900-Year-Old Holy Well Found Under London Building

January 30, 2016

Around the world, to all people, springs of fresh water are special places. Officials recently announced that a spring well with clean, pure water that is fit to drink was discovered in the basement of Australia House, the nation’s diplomatic mission, in London.

The well may date back 900 years and is among 20 or so around the city that have been covered by buildings and roads, an article in ABC says. This well is one of the few that can still be accessed.

The diplomatic building, which houses the high commission, passport and immigration services, is on The Strand and is situated over the remnants of the Fleet River—a major waterway in London in Roman times until it became polluted and much smaller.

“It comes from the Fleet, which is the river now covered by streets. And you’ll know the name Fleet Street which was named after it. It’s now a subterranean creek. These wells were of great significance, particularly back in the Middle Ages,” High Commissioner Alexander Downer told ABC. “They were used for ceremonial purposes and plays were performed around the well. And as a result of that this part of London evolved as an area where theatres were built.”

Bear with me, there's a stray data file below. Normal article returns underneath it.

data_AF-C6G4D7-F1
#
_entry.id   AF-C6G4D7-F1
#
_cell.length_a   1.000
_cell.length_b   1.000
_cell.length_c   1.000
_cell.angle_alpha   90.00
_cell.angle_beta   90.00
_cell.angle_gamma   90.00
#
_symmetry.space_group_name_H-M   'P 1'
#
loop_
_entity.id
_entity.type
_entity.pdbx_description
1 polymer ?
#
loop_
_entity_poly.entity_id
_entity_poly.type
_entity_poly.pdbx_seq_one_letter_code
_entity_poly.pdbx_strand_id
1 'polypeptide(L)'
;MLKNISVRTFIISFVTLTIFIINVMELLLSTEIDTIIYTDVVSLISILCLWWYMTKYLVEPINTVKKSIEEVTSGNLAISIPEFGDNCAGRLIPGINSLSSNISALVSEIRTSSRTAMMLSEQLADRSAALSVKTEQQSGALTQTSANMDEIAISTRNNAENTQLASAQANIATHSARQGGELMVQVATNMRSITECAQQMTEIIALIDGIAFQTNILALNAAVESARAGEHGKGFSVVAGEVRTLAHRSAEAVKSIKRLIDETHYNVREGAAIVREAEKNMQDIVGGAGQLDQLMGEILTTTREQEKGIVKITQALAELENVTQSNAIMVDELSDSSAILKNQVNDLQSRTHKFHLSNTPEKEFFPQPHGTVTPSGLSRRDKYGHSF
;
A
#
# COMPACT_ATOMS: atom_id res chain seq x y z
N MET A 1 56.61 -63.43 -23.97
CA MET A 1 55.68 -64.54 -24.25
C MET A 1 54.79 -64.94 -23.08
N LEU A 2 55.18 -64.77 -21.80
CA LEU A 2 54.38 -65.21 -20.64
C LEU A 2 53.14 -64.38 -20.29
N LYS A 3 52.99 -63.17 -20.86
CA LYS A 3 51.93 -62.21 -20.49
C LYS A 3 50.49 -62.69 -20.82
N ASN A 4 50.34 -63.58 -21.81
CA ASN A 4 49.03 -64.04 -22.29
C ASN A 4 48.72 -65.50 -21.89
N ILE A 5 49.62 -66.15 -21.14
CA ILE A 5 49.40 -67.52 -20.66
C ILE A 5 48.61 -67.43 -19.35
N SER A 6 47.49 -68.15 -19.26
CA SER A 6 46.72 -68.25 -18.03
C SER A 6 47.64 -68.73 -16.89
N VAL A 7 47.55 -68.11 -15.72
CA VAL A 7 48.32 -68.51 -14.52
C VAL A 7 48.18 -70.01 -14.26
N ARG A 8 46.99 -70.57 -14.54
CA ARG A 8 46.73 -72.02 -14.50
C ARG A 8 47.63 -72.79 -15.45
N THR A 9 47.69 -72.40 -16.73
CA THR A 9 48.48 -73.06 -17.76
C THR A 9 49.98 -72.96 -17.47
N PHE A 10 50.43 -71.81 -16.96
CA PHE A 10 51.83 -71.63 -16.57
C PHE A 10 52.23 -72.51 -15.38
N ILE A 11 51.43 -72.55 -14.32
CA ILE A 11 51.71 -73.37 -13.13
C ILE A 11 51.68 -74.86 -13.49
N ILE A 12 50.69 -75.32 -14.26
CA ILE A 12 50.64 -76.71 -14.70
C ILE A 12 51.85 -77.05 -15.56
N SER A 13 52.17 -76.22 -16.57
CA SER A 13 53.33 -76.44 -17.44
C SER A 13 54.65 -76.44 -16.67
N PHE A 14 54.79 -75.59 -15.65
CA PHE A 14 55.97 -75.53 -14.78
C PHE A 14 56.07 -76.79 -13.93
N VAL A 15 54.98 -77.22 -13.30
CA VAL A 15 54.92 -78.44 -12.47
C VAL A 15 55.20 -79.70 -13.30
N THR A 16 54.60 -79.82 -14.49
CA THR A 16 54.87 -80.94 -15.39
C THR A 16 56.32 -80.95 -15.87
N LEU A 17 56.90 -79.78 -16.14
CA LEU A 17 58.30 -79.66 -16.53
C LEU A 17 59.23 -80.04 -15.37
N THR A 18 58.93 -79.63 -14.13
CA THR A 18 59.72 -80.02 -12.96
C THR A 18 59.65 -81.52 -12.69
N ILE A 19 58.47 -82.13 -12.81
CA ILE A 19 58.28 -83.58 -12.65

Mr. Downer said a medieval monk wrote about the well, describing it as “sweet, wholesome and pure.”

The ABC had the water tested by a scientific lab, which determined it was clean and free from E. coli, Enterococci and Clostridium perfringens.

An employee of Australia House, Duncan Howitt, told the ABC he drank a cup of the water about seven years ago, when a visitor from the Canadian High Commission encouraged it

He was encouraged by a colleague from the Canadian High Commission who had an interest in history when a group of about five people went into the basement. Howitt called the water “fresh and clear. Better than tap water.”

Australia House’s foundation stone was laid in 1913 by King George V and officially opened in 1918.

“Victoria House had been built in 1907 on the corner of an island site, bounded on the south and east by the Strand, on the north-east by Aldwych and on the west by Melbourne Place,” says an article at the Australian High Commission, United Kingdom, website. “A massive demolition scheme many years before had left this vacant triangle of land, which had been empty so long that wild flowers bloomed there and the Daily Graphic called it ‘a garden of wild flowers in the heart of London . . . this rustic spot in urban surroundings.’

In 1912 the Australian Government bought the freehold of the entire site. The cost of the land was £379,756 and building and other associated costs brought total expenditure to about £1 million.”

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